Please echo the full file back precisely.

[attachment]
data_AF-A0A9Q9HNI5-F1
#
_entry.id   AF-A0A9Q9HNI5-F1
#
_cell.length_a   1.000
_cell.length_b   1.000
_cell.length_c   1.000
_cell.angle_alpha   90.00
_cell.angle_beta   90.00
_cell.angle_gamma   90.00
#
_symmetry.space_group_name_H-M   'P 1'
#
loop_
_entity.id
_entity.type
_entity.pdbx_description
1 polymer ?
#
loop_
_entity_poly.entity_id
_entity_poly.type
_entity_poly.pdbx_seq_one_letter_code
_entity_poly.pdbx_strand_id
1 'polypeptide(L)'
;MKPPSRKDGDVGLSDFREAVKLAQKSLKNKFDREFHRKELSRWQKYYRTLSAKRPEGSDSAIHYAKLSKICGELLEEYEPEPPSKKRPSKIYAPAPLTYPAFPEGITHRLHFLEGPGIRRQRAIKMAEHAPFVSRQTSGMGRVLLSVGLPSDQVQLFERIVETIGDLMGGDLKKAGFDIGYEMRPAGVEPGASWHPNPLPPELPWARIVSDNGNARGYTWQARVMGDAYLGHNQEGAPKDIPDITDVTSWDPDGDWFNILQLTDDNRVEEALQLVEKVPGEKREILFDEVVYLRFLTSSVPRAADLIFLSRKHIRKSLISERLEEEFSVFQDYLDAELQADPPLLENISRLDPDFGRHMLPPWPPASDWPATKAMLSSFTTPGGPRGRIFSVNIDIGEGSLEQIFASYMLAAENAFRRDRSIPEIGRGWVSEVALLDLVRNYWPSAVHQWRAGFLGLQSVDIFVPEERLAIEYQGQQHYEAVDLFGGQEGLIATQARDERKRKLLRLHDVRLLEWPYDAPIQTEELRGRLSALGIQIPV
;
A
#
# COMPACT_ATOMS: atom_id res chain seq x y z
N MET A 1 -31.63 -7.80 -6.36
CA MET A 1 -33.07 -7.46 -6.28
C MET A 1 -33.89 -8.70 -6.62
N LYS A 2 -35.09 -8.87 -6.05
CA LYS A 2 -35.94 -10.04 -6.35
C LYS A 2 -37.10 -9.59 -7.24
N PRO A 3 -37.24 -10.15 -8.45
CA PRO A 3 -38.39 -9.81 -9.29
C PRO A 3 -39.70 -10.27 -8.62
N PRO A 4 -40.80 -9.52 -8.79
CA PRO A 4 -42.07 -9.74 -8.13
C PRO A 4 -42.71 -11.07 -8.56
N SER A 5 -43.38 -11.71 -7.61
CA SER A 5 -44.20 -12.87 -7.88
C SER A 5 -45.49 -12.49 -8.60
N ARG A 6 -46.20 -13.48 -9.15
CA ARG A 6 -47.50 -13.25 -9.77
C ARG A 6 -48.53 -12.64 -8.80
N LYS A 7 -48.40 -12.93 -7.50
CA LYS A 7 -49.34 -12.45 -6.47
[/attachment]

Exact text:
data_AF-A0A9Q9HNI5-F1
#
_entry.id   AF-A0A9Q9HNI5-F1
#
_cell.length_a   1.000
_cell.length_b   1.000
_cell.length_c   1.000
_cell.angle_alpha   90.00
_cell.angle_beta   90.00
_cell.angle_gamma   90.00
#
_symmetry.space_group_name_H-M   'P 1'
#
loop_
_entity.id
_entity.type
_entity.pdbx_description
1 polymer ?
#
loop_
_entity_poly.entity_id
_entity_poly.type
_entity_poly.pdbx_seq_one_letter_code
_entity_poly.pdbx_strand_id
1 'polypeptide(L)'
;MKPPSRKDGDVGLSDFREAVKLAQKSLKNKFDREFHRKELSRWQKYYRTLSAKRPEGSDSAIHYAKLSKICGELLEEYEPEPPSKKRPSKIYAPAPLTYPAFPEGITHRLHFLEGPGIRRQRAIKMAEHAPFVSRQTSGMGRVLLSVGLPSDQVQLFERIVETIGDLMGGDLKKAGFDIGYEMRPAGVEPGASWHPNPLPPELPWARIVSDNGNARGYTWQARVMGDAYLGHNQEGAPKDIPDITDVTSWDPDGDWFNILQLTDDNRVEEALQLVEKVPGEKREILFDEVVYLRFLTSSVPRAADLIFLSRKHIRKSLISERLEEEFSVFQDYLDAELQADPPLLENISRLDPDFGRHMLPPWPPASDWPATKAMLSSFTTPGGPRGRIFSVNIDIGEGSLEQIFASYMLAAENAFRRDRSIPEIGRGWVSEVALLDLVRNYWPSAVHQWRAGFLGLQSVDIFVPEERLAIEYQGQQHYEAVDLFGGQEGLIATQARDERKRKLLRLHDVRLLEWPYDAPIQTEELRGRLSALGIQIPV
;
A
#
# COMPACT_ATOMS: atom_id res chain seq x y z
N MET A 1 -31.63 -7.80 -6.36
CA MET A 1 -33.07 -7.46 -6.28
C MET A 1 -33.89 -8.70 -6.62
N LYS A 2 -35.09 -8.87 -6.05
CA LYS A 2 -35.94 -10.04 -6.35
C LYS A 2 -37.10 -9.59 -7.24
N PRO A 3 -37.24 -10.15 -8.45
CA PRO A 3 -38.39 -9.81 -9.29
C PRO A 3 -39.70 -10.27 -8.62
N PRO A 4 -40.80 -9.52 -8.79
CA PRO A 4 -42.07 -9.74 -8.13
C PRO A 4 -42.71 -11.07 -8.56
N SER A 5 -43.38 -11.71 -7.61
CA SER A 5 -44.20 -12.87 -7.88
C SER A 5 -45.49 -12.49 -8.60
N ARG A 6 -46.20 -13.48 -9.15
CA ARG A 6 -47.50 -13.25 -9.77
C ARG A 6 -48.53 -12.64 -8.80
N LYS A 7 -48.40 -12.93 -7.50
CA LYS A 7 -49.34 -12.45 -6.47